I’ve been meaning to post a little vidclip from “Gilda,” which was last weekend’s noir. It was the breakout role for Rita Hayworth, and it’s a damned odd film. Glenn Ford stomps around looking mad, Rita vamps and teases and weeps and steams up a few scenes in a way you couldn’t do today:
That’s a striptease segment. She removes one glove. If she’d taken off the other one they would have shut down the production for reasons of Unbearable Insinuation. Even now you can hear propane tanks explode down the street if you watch the scene with the curtains open. What really makes the film peculiar, though, is the sexual vibe between the two guys competing for her attention. In case you’re wondering if one was good and one was bad, the lighting helps:
I wondered if I was just reading modern mores into it – the villain is this smooth, cultured, reptilian character who seems pansexual, and he keeps a knife in his cane he calls “my little friend.” Then I looked up the movie in Eddie Mueller’s “Dark City,” the definitive noir collection, and he calls the aforementioned vibe “obvious.” So it’s not just me. It was probably obvious at the time, too, but we’re conditioned not to think such implications existed in the old films.
Anyway, here’s the first time we see Gilda. The villain, Ballin Mundson (what a weevily name!) introduces his, er, employee to the woman he’s just brought home. Glenn Ford’s reaction isn’t exactly subtle: it’s as if every fluid in his body was just replaced with testosterone and hate.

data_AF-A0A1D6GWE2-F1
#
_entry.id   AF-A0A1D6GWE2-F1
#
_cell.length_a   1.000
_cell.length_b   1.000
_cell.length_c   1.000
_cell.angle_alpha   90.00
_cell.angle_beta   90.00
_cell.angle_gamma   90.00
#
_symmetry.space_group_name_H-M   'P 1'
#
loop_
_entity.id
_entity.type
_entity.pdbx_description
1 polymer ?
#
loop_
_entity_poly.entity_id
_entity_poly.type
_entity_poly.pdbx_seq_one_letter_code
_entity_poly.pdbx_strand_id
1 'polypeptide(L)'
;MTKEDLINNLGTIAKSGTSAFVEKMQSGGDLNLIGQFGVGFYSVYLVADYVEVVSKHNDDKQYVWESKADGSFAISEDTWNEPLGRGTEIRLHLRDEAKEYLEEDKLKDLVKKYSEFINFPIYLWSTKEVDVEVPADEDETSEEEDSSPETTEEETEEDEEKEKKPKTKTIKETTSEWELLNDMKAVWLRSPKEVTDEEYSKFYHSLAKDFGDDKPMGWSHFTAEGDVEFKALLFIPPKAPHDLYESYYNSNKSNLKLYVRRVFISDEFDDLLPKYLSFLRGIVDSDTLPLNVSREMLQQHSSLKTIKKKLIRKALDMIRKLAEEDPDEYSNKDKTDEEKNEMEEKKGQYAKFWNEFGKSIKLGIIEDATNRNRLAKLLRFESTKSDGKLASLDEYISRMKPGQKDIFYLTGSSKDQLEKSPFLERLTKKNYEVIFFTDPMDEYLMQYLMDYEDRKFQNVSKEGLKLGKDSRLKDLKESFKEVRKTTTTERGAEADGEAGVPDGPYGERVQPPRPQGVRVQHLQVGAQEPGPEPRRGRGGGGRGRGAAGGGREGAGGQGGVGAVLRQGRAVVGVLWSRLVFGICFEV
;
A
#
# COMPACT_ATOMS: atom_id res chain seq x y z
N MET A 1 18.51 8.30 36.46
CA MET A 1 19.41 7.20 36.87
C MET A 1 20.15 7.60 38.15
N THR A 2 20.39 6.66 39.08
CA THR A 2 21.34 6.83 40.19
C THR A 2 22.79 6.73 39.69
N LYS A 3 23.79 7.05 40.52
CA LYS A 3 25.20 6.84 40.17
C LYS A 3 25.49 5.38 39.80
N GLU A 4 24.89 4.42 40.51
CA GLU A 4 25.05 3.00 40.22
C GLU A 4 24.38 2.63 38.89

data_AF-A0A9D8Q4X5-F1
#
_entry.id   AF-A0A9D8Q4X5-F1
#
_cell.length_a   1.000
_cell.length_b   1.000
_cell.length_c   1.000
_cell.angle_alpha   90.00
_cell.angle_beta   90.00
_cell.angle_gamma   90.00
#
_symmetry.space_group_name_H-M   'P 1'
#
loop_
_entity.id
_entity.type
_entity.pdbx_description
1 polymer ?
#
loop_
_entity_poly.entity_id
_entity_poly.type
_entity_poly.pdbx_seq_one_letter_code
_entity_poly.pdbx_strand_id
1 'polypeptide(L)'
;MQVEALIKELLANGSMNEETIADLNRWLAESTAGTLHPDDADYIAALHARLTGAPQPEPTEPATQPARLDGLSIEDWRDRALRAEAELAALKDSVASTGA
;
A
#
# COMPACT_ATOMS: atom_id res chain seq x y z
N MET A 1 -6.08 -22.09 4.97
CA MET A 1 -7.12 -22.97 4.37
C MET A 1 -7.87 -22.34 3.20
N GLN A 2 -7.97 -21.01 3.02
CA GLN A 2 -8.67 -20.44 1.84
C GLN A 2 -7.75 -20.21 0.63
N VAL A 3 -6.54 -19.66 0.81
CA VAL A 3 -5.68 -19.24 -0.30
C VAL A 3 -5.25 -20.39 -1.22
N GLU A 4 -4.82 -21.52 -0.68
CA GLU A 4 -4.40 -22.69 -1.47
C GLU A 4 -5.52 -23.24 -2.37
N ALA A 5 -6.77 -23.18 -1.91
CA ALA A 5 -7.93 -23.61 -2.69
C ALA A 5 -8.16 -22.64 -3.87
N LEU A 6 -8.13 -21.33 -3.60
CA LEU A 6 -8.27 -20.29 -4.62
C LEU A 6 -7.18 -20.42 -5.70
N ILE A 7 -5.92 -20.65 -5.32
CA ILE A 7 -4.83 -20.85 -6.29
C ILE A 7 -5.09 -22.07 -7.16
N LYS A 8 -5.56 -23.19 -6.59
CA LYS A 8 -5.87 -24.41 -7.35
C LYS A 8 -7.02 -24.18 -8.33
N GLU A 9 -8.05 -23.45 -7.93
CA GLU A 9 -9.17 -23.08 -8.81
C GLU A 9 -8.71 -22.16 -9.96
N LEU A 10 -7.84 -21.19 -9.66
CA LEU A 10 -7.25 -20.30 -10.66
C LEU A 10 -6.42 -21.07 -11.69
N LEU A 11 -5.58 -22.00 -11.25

Then again, you can have Rita. If we’re naming faves here, she had nothing on - well, she was one of those people you can identify from a single shot in a movie that didn’t show her face:
She would have reduced Gilda to tears in about three seconds. Confident and smart. It’s all here in this scene from “Singin’ in the Rain,” still one of my favorite movies. If you haven’t seen it – and shame on you! Shame! – this is part of the long, elaborate and flawless Lullaby of Broadway / Gotta Dance sequence, which I could watch daily and never tire of ; here Gene Kelly meets the flapper temptress, who strips him of his silly civilized trappings, like glasses, a hat, and his dignity. His response is one of the greatest moments in the history of cinema. Wait for 2:00 – 2:07 in the clip, and you’ll see what I mean. Try to imagine it on the big screen: even watching the DVD on my monitor, it’s a fargin’ thunderclap.
Oh, the repressed 50s. After that, it gets even better, but I’m sorry: no blotchy YouTube video of the mile-long wind-blown-scarf dance. It’s like listening to Debussy through a tin can. We could make things like that nowadays; we don’t. Not because we can’t.
Cyd Charisse. As you may have heard, she died this week.
Penultimate day of thrift-store scannage. More flotsam from yesteryear – as opposed to the things I got from the future through the time-space rift that runs through my office, I guess. The first is a cover from Popular Mechanics: one hell of a train.
It appears to be driven by a manniken, just to show how automated and modern trains had become. They hadn't come up with by '39, but they were close. Think of seeing this speed by as you waited at a crossing in the middle of Nebraska: all your life you’d thought of trains as black ungainly beasts, and now, for a minute, the future screams past, looking like something you saw in the Buck Rogers serial. It would be like going to the airport in 1977 and seeing the Millennium Falcon.